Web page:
Written by Joe Kleinsasser Monday, 26 February 2007 18:00Losing isn't fun. I don't know anyone who enjoys it. But losing is probably even less enjoyable to coaches unaccustomed to losing.
In Hillsboro, Tabor College men's basketball coach Don Brubacher and Hillsboro High School boys' basketball coach Darrel Knoll know a lot more about winning than losing, and their teams won a fair number of games this season.
But they also experienced the sour taste of losing more often than they're used to. It's not often that the Tabor men finish with a .500 record in the KCAC. And it's not often that the HHS boys are around .500.
Granted, I can't completely identify with Brubacher and Knoll, because I never had a tough season as a basketball coach. In fact, you may not realize that I am one of the winningest coaches in HHS history based on winning percentage.
Of course, I only coached the JV boys at HHS one season. We only lost three games. More than anything, I was living proof that if you give someone as inexperienced as I was enough talent, even I can come out on the winning side more often than not.
Nevertheless, I want to encourage Brubacher and Knoll to hang in there while reminding fans that our local coaches aren't the only winners who've suffered a few losses this year.
In fact, there are a number of high-profile coaches nationally who have taken a few lumps this season. Duke's Mike Krzyzewski's Blue Devils had a rare four-game losing streak, and a losing record in ACC play in mid-February.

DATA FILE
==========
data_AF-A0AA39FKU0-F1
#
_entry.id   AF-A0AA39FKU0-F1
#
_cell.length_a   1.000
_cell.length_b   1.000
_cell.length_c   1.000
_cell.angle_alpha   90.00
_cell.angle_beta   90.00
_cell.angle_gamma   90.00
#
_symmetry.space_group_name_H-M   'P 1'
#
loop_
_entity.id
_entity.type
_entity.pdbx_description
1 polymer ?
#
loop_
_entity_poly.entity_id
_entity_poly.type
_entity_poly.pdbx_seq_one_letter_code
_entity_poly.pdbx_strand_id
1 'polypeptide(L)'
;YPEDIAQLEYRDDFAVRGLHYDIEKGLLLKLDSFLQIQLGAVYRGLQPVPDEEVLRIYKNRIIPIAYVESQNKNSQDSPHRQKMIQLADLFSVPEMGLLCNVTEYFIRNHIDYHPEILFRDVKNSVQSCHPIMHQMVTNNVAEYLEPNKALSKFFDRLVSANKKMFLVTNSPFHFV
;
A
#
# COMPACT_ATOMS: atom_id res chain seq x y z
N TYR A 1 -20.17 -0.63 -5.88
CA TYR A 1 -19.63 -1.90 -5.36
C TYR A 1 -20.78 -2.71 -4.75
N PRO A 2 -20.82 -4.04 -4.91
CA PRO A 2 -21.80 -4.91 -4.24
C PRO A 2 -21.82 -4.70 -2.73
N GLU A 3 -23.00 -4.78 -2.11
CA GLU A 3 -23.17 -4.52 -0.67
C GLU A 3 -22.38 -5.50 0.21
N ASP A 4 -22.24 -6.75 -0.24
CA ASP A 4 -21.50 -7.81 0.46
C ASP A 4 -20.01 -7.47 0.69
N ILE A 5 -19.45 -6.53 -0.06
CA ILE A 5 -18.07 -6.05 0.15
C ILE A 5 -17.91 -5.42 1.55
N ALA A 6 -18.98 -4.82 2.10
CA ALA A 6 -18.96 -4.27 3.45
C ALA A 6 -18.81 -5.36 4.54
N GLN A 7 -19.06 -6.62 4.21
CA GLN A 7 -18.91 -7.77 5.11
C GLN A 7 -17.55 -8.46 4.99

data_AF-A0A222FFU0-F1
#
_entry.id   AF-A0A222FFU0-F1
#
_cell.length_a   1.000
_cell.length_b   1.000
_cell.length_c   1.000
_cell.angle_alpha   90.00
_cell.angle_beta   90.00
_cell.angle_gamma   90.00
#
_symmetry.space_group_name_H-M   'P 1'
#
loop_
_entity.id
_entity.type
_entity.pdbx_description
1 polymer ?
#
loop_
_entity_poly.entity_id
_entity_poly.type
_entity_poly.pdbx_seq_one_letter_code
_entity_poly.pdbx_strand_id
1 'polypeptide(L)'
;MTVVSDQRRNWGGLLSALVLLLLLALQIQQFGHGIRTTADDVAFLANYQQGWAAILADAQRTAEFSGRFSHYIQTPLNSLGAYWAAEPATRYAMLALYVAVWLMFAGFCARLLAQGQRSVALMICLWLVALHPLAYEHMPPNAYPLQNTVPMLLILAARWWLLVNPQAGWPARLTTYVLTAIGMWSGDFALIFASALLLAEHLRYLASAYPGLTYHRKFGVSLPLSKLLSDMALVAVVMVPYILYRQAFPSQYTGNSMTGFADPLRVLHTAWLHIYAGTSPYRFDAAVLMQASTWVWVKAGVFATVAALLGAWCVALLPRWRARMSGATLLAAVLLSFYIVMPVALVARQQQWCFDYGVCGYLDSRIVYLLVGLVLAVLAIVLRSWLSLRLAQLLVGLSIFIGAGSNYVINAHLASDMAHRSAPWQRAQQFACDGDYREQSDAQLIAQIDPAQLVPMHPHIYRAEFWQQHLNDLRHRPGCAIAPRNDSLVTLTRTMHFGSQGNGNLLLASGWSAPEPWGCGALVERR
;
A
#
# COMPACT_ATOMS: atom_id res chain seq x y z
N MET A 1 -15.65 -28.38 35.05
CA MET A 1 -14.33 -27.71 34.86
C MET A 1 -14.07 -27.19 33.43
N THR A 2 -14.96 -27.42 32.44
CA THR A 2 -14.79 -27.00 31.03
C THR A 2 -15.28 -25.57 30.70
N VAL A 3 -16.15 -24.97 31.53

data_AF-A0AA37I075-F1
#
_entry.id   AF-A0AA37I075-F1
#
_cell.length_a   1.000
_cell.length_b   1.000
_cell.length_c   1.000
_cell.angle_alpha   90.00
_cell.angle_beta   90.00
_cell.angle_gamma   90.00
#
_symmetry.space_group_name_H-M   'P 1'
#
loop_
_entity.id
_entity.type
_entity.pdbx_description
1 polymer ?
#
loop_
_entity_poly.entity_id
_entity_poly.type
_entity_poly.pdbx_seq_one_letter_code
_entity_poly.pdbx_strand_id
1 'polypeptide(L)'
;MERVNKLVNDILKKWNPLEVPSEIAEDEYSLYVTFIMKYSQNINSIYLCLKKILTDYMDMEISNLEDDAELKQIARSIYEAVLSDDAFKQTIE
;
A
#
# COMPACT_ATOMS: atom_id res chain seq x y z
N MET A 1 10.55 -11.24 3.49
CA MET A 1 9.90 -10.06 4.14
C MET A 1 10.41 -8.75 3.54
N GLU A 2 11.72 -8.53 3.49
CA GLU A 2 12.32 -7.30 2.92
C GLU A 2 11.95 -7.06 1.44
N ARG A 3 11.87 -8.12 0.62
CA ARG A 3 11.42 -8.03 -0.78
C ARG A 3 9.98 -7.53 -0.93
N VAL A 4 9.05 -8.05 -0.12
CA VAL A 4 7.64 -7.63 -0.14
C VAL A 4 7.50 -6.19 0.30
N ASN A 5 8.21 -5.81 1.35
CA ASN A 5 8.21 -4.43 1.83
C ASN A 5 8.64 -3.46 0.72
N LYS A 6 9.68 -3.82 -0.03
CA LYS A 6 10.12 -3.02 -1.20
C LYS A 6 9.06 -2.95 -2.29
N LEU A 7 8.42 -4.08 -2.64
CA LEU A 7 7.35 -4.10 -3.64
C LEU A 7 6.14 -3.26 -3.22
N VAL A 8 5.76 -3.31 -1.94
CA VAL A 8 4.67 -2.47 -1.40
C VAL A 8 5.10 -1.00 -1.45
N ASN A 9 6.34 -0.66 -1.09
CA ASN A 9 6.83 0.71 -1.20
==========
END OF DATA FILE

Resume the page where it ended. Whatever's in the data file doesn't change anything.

And don't forget Connecticut coach Jim Calhoun. His team lost six of eight games in one stretch, had a losing Big East record and, as of this writing, had not beaten an RPI top-50 opponent all season.
Another coach who has experienced some ups and downs is Bob Knight. Texas Tech's five-game losing streak was his longest since 1972, his first year at Indiana. Somehow though, I don't get the feeling that many people are feeling too sorry for The General.
Syracuse coach Jim Boeheim hasn't had a lot of fun this year either. His Syracuse team lost four of six recently, none to top-50 opponents, to slide into dangerous bubble territory.
Then there's Michigan State coach Tom Izzo. Losing four straight was bad enough. Scoring 38 points in a loss at Purdue is worse. Scoring 12 in one half might have been rock-bottom.
One thing all of these coaches have in common, including Brubacher and Knoll, is that they've won more than their share of games and championships. It just goes to show that if you coach long enough, there will be times when losses happen.
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Basketball games can be a thing of beauty, or not. A low-scoring game doesn't have to be bad basketball, but the less the ball goes in the basket the harder it is to watch and to officiate.
Imagine how hard it would have been to watch a game played in 1925 between Kensal High and Pingree High, two Fargo, N.D., girls' high school teams.
In the book "Amazing But True Sports Stories" I read the two teams played to a scoreless tie at the end of regulation.
After three overtime periods, the teams were still tied at 0-0. It was determined that the best solution to keep the girls from taking the court again and decide the contest was by flipping a coin.
While the referee flipped a quarter, Kensal's weary coach correctly called heads and Pingree wound up a 0-0 loser.
It's the only time I know of where the leading scorer in a game didn't score.